CHECKPOINTS: The necessity for checkpoints has been created by the Palestinians. By pursuing a violent campaign of terror against Israel’s citizens, they have forced Israel to set up barriers to make it as difficult as possible for terrorists to enter Israel or travel through the territories to carry out acts of violence. The checkpoints are an inconvenience to innocent Palestinians, but they do in fact prevent terror and save lives.

Commercial goods, food, medicine, ambulances, and medical crews continue to circulate freely, hampered only by continuing attacks. Palestinian workers going to jobs in Israel also may pass through the checkpoints with the proper identification; restrictions are only imposed when necessitated by the security situation.

Barriers are not set up to humiliate Palestinians, but to ensure the safety of Israeli citizens. Unfortunately, every time Israel has relaxed its policy and withdrawn checkpoints, Palestinian terrorists have taken advantage of the opportunity to launch new attacks on innocent Israelis. (from MaF)

And why the thoroughness of the checkpoints (which slows things down)? One recent example: on October 14, a Palestinian woman was arrested at the Hizma checkpoint north of Jerusalem after they found a knife and gun hidden in a baby stroller she was traveling with.

PALESTINIAN POVERTY: While the blaming of Israel for Palestinian poverty was always absurd, it reaches new heights of absurdity at a time when massive PA financial corruption (see this and this) is increasingly exposed. And whoever's responsible for the poverty, that's not what causes terror anyway.

But there's something else here, from the fourth frame of the cartoon:

- Rall's refusal to accept the idea that freedom (as defined by Bush) really does scare "Joe Terrorist." It scared Stalin, it scared Hitler, it scared Saddam Hussein, and it scares Hamas and al Qaeda, because democratic reform in the Muslim world means their twisted brand of Islam cannot thrive.

- Rall's refusal to accept that there really is a culture of glamorizing suicide bombing among Palestinians, telling them that "terror rocks." Children are encouraged to become shahiddim, leaders regularly call for terrorist jihad, and terrorists become national heroes.

It seems that no matter how many attacks or facts you line up for some media personalities, they simply can't accept the monstrosity of Muslim fundamentalist terror. There's always that effort to "understand their grievences," which inevitably leads to blaming the victims for horrific terror. Wake up folks - we are dealing with a different culture here, with different definitions of values and meaning of life.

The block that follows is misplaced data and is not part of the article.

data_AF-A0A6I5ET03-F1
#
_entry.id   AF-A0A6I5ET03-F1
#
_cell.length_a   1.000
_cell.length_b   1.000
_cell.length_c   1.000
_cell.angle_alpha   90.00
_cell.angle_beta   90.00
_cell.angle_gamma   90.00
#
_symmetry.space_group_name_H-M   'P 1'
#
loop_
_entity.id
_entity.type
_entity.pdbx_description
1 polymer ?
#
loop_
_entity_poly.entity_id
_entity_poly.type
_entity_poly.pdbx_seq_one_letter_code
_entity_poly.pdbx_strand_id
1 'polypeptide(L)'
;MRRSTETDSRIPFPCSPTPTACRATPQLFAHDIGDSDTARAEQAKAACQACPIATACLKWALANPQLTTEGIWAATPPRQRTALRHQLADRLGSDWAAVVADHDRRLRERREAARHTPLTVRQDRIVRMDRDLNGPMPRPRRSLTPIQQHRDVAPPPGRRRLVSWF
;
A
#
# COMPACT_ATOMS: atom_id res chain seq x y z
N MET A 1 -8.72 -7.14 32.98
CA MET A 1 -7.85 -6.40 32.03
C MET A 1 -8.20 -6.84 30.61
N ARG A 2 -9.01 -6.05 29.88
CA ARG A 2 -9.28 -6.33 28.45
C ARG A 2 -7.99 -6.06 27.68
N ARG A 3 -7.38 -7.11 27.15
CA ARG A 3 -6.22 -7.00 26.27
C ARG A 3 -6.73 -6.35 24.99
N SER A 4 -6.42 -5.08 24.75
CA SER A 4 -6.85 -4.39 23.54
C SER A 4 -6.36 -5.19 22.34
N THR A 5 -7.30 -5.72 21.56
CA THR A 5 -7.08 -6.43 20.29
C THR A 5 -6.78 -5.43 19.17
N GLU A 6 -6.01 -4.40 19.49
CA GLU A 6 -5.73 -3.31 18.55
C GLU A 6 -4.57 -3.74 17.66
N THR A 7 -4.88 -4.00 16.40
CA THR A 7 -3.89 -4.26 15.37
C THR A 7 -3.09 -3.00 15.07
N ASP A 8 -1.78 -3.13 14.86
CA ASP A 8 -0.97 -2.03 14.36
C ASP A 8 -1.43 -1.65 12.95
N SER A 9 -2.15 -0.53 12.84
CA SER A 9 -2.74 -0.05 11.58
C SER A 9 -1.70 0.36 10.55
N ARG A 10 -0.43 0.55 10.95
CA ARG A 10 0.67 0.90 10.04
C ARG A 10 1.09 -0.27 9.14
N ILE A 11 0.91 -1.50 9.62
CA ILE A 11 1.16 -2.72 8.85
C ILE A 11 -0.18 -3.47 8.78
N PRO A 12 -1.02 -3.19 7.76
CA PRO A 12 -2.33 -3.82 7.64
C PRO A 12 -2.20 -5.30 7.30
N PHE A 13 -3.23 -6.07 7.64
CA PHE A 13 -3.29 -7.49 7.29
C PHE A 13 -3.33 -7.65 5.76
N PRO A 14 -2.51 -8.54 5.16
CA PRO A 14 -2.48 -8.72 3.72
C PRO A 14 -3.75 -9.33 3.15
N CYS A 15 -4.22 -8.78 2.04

Did the Rall cartoon run in your local paper? If so, write a letter that raises the points above.

 

Friday, November 21 2003

Invading Israel

Gerald Kaufman at the Spectator (UK) has an outrageous screed suggesting (half-seriously?) that the US should invade Israel, now that it's done with Iraq.

This is the villification campaign, in a thousand words or less.

Comments to: editor@spectator.co.uk


 

Thursday, November 20 2003

Friedman Parody

Allahpundit has taken a timeout from parodying an Islamist whacko to parody Tom Friedman's last few columns (which were particularly bad - find them here, here, and an old "classic" here). Don't miss this.

 

Wednesday, November 19 2003

BackSpin's Place in the Orchestra

A worthwhile article from Annenberg's Online Journalism Review on the internet's effect on media criticism includes this apt remark by William Powers, media critic for the National Journal:

Media critics all do the job so differently that I honestly don't think of us as competitors. Some operate more as reporters, some as pundits, some as ideo-warriors, some as gossips, some as pure ranters. It's like we're a bunch of musicians reading the same sheet of music, the media, but interpreting it with different instruments and in radically different styles.

As members of that orchestra, it's about time we at BackSpin define our instrument. Look for something more polished on our "About" page sometime soon, but for the time being here's the skinny on this relatively new blog: BackSpin is an outgrowth of HonestReporting.com, the leading monitor of anti-Israel bias in world media, with over 60,000 subscribers. HonestReporting releases 1-2 email articles a week and encourages activism to promote fair reporting. BackSpin aims to address topics that don't make their way into those HR articles, and supplement the articles themselves with additional information that emerges after they're published.

So our focus is the Mideast conflict between Israel and the Palestinians (not that other one happening a few hundred miles to the East), and our overarching concern will remain the fair portrayal of Israel in world media. We believe there exists a chronic and near-ubiquitous problem of anti-Israel media bias, and that that bias is both morally wrong and deleterious to the welfare of the state of Israel. Since one of the key problems is a lack of presentation of the full context of the conflict, we occasionally present backgrounders that go beyond critiquing particular news articles to explore under-reported aspects of the conflict (like Arafat's corruption). BackSpin is an additional forum for this background info.